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An Unvarnished Look at the Wartime Careers of Churchill, Montgomery and Mountbatten
Dimensions:6" x 9"
Item No. 9781612002736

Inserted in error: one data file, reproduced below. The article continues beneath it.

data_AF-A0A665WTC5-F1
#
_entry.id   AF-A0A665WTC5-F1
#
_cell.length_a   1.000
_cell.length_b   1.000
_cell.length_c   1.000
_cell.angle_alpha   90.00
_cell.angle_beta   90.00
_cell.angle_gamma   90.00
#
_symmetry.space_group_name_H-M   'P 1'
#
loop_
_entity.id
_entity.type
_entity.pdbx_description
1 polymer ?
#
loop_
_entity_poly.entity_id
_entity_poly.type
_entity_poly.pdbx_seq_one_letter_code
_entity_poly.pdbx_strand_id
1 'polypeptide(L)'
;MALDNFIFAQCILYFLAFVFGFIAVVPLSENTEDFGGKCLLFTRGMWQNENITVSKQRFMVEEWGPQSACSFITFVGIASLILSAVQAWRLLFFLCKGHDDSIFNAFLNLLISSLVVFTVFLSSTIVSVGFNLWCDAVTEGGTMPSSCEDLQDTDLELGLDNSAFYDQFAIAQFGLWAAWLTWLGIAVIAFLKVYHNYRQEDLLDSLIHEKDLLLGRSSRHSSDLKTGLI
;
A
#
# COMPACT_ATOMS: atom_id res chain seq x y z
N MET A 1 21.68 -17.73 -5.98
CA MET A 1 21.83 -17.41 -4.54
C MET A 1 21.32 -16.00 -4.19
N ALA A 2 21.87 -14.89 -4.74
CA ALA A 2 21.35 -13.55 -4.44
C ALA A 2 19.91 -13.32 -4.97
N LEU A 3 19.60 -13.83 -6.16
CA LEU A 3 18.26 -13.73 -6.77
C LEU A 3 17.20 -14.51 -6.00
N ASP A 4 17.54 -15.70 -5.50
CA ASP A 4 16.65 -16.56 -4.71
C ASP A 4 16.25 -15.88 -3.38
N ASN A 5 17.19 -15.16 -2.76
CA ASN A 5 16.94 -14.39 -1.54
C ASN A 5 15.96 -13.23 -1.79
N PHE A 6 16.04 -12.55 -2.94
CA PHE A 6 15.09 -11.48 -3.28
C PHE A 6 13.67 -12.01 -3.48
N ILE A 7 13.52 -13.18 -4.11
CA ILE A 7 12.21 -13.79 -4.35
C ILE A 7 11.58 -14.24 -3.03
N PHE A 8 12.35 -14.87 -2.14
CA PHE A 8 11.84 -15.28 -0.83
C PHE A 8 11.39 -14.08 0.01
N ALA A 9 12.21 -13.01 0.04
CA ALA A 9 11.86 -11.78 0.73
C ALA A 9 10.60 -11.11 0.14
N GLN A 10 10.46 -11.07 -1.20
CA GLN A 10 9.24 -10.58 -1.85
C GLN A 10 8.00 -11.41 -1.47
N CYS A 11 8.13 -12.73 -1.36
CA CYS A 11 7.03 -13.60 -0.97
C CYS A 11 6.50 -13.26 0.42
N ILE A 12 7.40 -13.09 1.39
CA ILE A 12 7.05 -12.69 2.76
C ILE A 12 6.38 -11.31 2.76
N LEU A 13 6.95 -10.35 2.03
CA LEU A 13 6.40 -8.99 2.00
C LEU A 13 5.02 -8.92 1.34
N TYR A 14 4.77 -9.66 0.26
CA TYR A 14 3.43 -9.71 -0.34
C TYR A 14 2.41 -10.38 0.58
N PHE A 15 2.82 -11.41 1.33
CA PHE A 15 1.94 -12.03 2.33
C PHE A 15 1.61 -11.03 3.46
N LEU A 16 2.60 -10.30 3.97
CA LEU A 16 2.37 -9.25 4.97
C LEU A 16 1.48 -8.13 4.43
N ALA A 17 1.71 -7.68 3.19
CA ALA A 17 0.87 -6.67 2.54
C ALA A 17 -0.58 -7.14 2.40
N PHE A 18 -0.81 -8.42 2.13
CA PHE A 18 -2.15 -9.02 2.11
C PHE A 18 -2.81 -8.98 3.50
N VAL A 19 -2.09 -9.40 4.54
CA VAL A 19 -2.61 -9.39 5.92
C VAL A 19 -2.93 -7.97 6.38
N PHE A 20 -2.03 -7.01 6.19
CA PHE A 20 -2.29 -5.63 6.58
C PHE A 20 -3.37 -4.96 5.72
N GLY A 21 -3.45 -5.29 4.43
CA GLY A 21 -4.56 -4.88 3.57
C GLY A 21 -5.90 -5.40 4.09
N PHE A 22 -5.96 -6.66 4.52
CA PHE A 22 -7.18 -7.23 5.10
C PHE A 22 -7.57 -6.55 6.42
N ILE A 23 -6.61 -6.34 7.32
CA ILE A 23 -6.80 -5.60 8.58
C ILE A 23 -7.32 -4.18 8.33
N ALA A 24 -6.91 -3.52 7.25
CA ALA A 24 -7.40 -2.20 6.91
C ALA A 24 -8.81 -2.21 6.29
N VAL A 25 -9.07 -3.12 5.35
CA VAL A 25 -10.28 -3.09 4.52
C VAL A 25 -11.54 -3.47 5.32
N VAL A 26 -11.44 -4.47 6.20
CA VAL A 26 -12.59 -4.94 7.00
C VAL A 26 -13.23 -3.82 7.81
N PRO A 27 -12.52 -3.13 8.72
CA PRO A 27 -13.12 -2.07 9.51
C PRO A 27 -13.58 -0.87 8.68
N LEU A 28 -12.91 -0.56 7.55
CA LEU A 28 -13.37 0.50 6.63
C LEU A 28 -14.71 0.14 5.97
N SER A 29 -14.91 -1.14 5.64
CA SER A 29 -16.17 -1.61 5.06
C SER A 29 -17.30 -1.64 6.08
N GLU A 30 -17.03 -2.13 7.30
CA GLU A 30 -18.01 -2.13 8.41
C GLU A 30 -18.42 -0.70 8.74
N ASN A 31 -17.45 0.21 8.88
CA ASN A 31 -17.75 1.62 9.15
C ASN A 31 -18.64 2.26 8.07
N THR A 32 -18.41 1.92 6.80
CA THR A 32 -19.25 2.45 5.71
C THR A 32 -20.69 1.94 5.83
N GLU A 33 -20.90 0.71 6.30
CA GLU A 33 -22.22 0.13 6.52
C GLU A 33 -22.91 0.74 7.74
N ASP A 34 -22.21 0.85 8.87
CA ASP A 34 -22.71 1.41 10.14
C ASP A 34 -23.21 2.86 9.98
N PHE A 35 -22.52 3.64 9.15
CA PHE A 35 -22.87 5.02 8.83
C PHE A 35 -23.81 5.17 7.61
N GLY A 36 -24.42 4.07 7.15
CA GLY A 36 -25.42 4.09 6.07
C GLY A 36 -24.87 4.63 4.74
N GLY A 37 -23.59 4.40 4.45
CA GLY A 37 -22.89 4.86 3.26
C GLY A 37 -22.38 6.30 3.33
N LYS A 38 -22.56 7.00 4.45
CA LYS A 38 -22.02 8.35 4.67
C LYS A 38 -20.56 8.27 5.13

The book reveals the truths behind the conventional images of three of Great Britain's primary military leaders during and immediately after the Second World War. In each case there was a totally different side to each man, which demonstrates that a great deal of their reputation was built on contrived results, deception and dishonesty.It examines the influence and impediment of “class” on the performance of the British Army in World War II, and quotes the views of the Americans that far too often there was an unwillingness among the British to base officer promotion on effectiveness rather than on social background; conforming was more important than performing, as anyone who has served in the British Army’s ranks would agree. At the same time, Montgomery feared and was jealous of Patton, whose rate of advance was nearly always twice that of Monty’s.The services of Field Marshals Wavell and Auchinleck, two of Britain’s finest commanders of the war, were largely lost to Britain because of Churchill’s consistent interfering in field matters and his need to contrive almost anything to remain in power after he had been responsible for the fall of Singapore. This book includes the bizarre case of Major-General Dorman-Smith, one of Britain’s most brilliant original thinkers, who without reason was sacked by Churchill. Dorman-Smith was the tactician who had produced Britain’s victory over Rommel at the first battle of Alamein, but his crime seems have been overachievement; an unforgivable sin in some eyes. Mountbatten’s fumbling in India is also realistically portrayed in these pages, putting paid to the “man for the century’s” overly embellished reputation.